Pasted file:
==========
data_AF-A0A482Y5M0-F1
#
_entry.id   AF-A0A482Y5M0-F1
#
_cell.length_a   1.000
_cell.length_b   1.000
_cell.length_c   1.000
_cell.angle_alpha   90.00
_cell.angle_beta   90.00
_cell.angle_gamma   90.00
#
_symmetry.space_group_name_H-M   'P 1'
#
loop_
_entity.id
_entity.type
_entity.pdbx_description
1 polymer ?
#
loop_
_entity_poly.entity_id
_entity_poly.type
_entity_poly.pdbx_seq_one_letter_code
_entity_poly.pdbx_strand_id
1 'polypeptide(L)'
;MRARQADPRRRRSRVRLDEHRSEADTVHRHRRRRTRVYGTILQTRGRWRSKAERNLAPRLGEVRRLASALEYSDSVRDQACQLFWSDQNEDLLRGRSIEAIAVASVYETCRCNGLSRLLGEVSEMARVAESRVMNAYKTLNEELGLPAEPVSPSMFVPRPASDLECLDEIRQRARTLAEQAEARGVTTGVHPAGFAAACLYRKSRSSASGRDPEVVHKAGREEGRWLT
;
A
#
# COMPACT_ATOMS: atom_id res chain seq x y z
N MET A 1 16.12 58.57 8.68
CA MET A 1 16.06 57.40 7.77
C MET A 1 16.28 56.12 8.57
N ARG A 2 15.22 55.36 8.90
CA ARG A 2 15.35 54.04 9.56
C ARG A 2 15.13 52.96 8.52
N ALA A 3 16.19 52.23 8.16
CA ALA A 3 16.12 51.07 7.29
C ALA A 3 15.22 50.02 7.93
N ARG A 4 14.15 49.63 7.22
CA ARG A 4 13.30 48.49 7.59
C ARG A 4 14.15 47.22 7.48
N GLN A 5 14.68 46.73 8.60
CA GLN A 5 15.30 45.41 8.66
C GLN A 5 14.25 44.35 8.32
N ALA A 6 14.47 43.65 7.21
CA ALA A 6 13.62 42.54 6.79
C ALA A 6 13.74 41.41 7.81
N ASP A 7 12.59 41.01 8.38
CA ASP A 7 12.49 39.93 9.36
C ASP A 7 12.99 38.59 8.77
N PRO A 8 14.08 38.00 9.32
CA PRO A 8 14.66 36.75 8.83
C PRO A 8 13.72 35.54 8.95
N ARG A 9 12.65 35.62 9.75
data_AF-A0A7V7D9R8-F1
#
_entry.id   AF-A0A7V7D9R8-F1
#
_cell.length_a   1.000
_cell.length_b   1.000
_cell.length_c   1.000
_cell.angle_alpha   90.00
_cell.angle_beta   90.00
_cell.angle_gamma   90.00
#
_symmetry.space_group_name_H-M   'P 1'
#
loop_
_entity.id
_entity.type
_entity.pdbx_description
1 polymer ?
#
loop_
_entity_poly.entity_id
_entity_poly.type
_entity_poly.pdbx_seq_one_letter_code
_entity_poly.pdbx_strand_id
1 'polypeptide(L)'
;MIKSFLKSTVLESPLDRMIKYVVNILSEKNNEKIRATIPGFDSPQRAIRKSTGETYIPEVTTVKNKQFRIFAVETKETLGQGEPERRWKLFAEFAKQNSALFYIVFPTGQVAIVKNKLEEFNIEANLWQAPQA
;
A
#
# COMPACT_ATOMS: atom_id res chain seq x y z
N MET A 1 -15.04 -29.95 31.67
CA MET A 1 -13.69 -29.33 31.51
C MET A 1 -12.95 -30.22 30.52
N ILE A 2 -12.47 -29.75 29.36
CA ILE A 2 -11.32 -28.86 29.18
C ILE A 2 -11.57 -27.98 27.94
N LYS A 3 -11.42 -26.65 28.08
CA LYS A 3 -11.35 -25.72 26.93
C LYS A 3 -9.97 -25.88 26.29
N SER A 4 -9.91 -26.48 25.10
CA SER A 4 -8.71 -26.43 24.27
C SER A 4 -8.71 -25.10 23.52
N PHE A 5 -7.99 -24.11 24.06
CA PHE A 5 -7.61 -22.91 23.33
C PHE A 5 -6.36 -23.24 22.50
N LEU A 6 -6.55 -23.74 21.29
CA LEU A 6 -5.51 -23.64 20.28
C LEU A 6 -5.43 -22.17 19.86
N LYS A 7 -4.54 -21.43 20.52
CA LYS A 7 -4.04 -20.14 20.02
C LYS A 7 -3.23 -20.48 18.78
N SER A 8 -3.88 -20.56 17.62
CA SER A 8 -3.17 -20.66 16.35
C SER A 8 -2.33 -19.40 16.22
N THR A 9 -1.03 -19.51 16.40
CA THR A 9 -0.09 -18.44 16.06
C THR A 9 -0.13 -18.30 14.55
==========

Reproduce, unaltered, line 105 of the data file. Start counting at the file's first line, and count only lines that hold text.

CA LYS A 7 -4.04 -20.14 20.02